By Scott Kraus | The Morning Call | July 21, 2012
Few would confuse Ed Pawlowski with Don Draper.
But Allentown’s mayor and the dashing lead character of AMC’s hit series “Mad Men” will soon be linked by a common business: advertising.
While Draper dreams up the ads, Pawlowski is just hoping to place them on any manner of city-owned stuff.
If all goes as planned, the city will soon begin squeezing revenue out of ads plastered on everything from public trash receptacles to digital billboards built on city property.
With a pensions-fueled financial cliff looming, Allentown launched an all-out search for cash this spring, capped by the announcement Tuesday that the city hopes to raise as much as $100 million by leasing out its water and sewer systems.
But if the water and sewer leases are like taking out a second mortgage, the plan to sell advertising on city-owned property is more like rummaging through the sofa for spare change.
“It could bring in some dollars,” Pawlowski said. “Not a huge amount, maybe $300,000 or $400,000 [a year].”
The city joins a growing number of school districts and municipalities that have turned to advertising in recent years to meet rising costs and boost tax revenues that have lagged in the sluggish economy.
In recent months, the Parkland School Board approved advertising inside school buses and the Bethlehem Area School District is weighing a policy to allow ads on all types of school property. Baltimore is considering putting ads on firetrucks, while Chicago has hired a consultant to help it hit a $25 million public property advertising target for 2012.
“It really illustrates the desperation the cities are in,” said Joan Fitzgerald, interim dean of the School of Public Policy and Urban Affairs at Northeastern University in Boston.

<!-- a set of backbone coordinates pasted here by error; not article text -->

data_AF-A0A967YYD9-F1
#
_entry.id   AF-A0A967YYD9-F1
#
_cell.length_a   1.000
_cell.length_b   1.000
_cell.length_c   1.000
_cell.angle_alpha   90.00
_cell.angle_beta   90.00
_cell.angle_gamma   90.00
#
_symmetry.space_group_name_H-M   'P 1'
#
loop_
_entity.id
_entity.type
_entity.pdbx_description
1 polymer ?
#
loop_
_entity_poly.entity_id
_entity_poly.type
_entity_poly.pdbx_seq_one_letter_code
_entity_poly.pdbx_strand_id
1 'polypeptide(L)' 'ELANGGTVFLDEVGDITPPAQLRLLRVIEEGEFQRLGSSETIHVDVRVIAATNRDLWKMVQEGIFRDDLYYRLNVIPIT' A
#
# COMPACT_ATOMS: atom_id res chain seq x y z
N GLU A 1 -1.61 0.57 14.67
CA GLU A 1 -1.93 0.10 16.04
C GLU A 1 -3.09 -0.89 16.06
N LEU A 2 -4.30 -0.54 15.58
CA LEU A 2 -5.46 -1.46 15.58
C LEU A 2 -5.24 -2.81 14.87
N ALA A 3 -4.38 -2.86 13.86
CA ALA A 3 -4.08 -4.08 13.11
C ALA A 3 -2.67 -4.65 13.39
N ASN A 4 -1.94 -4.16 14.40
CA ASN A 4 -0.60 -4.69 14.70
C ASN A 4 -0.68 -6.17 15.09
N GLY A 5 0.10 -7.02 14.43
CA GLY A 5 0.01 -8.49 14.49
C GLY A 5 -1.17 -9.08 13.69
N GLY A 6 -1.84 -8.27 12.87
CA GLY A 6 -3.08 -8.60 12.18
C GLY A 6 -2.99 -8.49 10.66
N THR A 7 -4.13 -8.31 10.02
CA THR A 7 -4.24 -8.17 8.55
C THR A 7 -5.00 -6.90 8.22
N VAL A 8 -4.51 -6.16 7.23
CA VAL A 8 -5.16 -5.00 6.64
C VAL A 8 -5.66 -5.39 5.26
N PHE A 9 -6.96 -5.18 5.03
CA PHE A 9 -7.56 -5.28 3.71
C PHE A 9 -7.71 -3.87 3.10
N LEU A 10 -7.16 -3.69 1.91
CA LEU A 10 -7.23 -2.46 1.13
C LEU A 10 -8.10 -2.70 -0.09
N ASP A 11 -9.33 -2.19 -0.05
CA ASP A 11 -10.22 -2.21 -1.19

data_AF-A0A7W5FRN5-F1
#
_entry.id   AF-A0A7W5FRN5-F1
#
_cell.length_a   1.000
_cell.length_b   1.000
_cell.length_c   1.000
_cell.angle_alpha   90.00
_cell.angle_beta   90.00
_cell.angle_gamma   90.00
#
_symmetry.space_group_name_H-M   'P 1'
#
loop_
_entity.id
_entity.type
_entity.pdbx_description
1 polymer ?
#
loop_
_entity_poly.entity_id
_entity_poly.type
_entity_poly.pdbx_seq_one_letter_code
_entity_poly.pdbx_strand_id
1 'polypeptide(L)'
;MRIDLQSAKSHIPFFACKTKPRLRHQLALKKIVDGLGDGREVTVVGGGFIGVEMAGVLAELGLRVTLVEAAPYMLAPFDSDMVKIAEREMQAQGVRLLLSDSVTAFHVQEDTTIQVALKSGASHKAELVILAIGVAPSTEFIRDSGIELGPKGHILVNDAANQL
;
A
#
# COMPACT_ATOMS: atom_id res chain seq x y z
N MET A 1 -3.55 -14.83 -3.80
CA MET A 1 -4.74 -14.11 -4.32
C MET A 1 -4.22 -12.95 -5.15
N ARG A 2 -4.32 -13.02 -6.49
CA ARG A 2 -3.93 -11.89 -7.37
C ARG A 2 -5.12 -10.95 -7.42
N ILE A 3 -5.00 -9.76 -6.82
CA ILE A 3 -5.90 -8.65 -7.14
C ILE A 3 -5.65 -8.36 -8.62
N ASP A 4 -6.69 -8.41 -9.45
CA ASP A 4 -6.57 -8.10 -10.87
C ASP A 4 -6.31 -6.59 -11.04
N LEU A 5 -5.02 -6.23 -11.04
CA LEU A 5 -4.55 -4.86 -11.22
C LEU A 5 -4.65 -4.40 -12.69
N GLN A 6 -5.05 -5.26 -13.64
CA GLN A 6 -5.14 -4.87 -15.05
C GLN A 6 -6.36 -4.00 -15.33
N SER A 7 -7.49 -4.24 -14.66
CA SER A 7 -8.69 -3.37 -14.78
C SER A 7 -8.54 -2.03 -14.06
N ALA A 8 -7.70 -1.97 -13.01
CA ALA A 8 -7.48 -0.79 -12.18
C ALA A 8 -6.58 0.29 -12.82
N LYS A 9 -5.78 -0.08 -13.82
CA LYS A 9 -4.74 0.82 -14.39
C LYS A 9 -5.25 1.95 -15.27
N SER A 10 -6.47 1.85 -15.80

While the aesthetics of spreading advertising throughout a city are debatable, the biggest danger is the message it sends about the public’s willingness to pay for essential services, she said.
“It blurs the public-private distinction and kind of makes it OK that we aren’t funding public functions to a point to make them operable,” she said.
Pawlowski said he simply sees advertising as a way to raise much-needed revenue without raising taxes.
Allentown plans to start with a network of digital billboards scattered across the city on publicly owned property, and has selected Doylestown-based Premier Media of Allentown LLC to carry out the plan, pending City Council approval.
Other forms of advertising would follow over the next couple of years.
The billboards would not be erected in city parks, said city Controller Mary Ellen Koval, who was purchasing manager in early 2011 when the city issued a request for proposals for the work. But one could end up on the parking garage attached to City Hall.
“We have a lot of unused little bits of land in places,” Koval said.
The billboards would create a “digital outdoor network” that would be used mostly to put advertisements in front of city residents and visitors, but also to promote city events or disseminate emergency messages such as Amber Alerts that go out when children are reported missing, Koval said.